As I look back to the beginning of January, I think about how much we have accomplished on our journey with technology during our 5 month Technology Focus Group. I wanted to share basic technology skills that would encourage other teachers to jump on the TECHNO-bandwagon. I seem to get electrified when I get around computers. I guess some of my fellow teachers would just shake their heads with disbelief when I talk about how excited I get with every opportunity to learn something new about computers. I have gained a plithera of knowledge about digital media, the computer's inner workings, and utilizing Internet products, and yet, I know so little.
Our Technology Focus Group used an on-line collaborative document on Google Docs & Spreadsheets to discuss our individual technology needs during our 5 month study group. I lead the tech group with a reasonably, brisk pace through Microsoft Word, Excel, and Power Point. We also experimented with a social bookmarking http://del.icio.us/ tool, and as a final meeting we began posting to this TechnoSeeds blog http://technoseeds.blogspot.com/ to share our reflections from the past 5 months.
In retrospect, the journey was very successful. We had our share of frustrations along the way. I have always felt that the learning process includes a few growing pains. We dealt with Snow Days out of school on some of the days we were scheduled to meet. The Google doc. made it possible to have an on-line conversation even when we could not meet face-to-face. There were scheduling issues from time to time that posed challenges. Additionally, there was "the plan" to use an Internet product that did not quite work the way I had intended to use it. We tested it and found out I needed to go back to the drawing board. Good thing I am an art teacher! We were able to find a resolution that worked even better than I had anticipated.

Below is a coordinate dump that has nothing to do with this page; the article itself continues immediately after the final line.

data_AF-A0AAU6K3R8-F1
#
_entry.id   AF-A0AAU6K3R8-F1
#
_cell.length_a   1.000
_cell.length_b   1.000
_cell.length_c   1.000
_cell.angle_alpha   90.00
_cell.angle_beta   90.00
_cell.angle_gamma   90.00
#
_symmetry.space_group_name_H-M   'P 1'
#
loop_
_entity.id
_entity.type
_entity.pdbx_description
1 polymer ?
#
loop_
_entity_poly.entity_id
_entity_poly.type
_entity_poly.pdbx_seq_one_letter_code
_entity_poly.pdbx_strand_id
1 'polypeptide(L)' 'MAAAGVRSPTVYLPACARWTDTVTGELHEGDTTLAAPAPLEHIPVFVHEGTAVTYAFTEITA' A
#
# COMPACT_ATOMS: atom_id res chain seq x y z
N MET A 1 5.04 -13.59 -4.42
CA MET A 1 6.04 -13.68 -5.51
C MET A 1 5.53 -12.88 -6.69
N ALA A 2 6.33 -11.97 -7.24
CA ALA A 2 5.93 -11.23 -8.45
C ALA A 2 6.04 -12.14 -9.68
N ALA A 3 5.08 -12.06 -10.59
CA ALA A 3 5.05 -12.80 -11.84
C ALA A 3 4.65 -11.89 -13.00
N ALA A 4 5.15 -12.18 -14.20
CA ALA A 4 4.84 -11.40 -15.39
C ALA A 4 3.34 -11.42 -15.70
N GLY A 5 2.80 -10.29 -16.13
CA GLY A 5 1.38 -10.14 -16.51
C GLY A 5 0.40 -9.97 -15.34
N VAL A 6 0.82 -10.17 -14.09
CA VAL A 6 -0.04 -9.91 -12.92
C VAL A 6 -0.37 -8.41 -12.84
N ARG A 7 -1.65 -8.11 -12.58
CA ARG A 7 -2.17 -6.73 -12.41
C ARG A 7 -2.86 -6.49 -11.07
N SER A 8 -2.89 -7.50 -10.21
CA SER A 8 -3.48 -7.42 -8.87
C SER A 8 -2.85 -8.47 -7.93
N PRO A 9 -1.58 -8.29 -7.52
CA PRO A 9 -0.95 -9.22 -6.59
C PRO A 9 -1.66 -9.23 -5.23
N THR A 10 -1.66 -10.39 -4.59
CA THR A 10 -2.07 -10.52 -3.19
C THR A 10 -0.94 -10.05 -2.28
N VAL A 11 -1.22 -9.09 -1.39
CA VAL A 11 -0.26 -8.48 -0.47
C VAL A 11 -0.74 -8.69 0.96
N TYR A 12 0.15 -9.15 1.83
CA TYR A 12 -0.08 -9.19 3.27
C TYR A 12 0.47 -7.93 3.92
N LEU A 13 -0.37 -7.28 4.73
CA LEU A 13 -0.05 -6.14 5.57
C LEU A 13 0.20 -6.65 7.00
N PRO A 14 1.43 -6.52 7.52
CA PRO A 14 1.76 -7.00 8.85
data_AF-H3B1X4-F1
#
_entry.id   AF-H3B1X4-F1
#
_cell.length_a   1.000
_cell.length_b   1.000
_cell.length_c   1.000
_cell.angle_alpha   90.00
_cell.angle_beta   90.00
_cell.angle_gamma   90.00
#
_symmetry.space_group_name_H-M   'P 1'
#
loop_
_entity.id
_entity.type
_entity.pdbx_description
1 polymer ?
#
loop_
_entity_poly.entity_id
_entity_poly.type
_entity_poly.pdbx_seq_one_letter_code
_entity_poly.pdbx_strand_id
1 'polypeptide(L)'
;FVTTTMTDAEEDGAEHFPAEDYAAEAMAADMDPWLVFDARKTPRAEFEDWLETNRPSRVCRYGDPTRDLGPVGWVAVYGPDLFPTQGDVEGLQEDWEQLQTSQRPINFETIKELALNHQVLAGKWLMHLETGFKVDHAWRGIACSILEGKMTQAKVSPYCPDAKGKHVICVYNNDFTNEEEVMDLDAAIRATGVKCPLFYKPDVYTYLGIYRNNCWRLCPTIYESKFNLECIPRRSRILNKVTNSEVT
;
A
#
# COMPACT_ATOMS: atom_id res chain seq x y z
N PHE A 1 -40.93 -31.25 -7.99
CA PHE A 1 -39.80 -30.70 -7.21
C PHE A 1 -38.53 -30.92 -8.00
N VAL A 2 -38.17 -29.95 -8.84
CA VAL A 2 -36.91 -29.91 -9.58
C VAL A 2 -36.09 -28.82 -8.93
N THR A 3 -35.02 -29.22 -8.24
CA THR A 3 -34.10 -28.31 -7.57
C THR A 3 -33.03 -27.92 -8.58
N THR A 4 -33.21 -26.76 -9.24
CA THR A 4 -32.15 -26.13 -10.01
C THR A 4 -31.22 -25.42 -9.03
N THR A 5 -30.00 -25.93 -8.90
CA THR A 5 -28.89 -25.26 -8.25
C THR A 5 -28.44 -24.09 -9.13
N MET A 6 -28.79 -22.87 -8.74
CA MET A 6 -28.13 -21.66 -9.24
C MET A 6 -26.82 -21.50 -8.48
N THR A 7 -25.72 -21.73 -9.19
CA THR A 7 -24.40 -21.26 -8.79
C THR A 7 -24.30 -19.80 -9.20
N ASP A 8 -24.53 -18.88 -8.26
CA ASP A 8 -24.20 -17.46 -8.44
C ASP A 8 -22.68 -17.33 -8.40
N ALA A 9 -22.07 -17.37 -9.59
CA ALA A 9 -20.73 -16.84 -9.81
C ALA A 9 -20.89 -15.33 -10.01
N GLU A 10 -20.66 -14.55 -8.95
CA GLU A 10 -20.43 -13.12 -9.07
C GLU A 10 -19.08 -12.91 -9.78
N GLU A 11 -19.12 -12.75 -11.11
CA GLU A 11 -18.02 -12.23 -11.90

The participants gained more knowledge and confidence, including realizing the computer wouldn't exploded on contact. We are all at different levels of learning. I found a high level of frustration myself when I committed to an on-line collaborative digital storytelling project. For some strange reason I thought I would learn how to do things "I did not know" through osmosis, or something. It did not happen. I had to do some creative problem solving to complete my task. It was a humbling experience that reminded me that we all learn at individual rates. Some of us need extra time and instructions.
At our final face-to-face meeting we used a microphone and digitally recorded the conversation. This will enable me to approach podcasting with a tiny experience in my tool belt. My involvement with the digital storytelling project prompted me to learn to record on my computer which, in turn, was shared with the tech focus group. I also continued to gain knowledge about being a team leader and sharing technology instruction.
In conclusion, I must say that I am very pleased with our experience and I look forward to the opportunity to lead or participate in another tech focus group if there is a group of Teacher Consultants who are so inclined.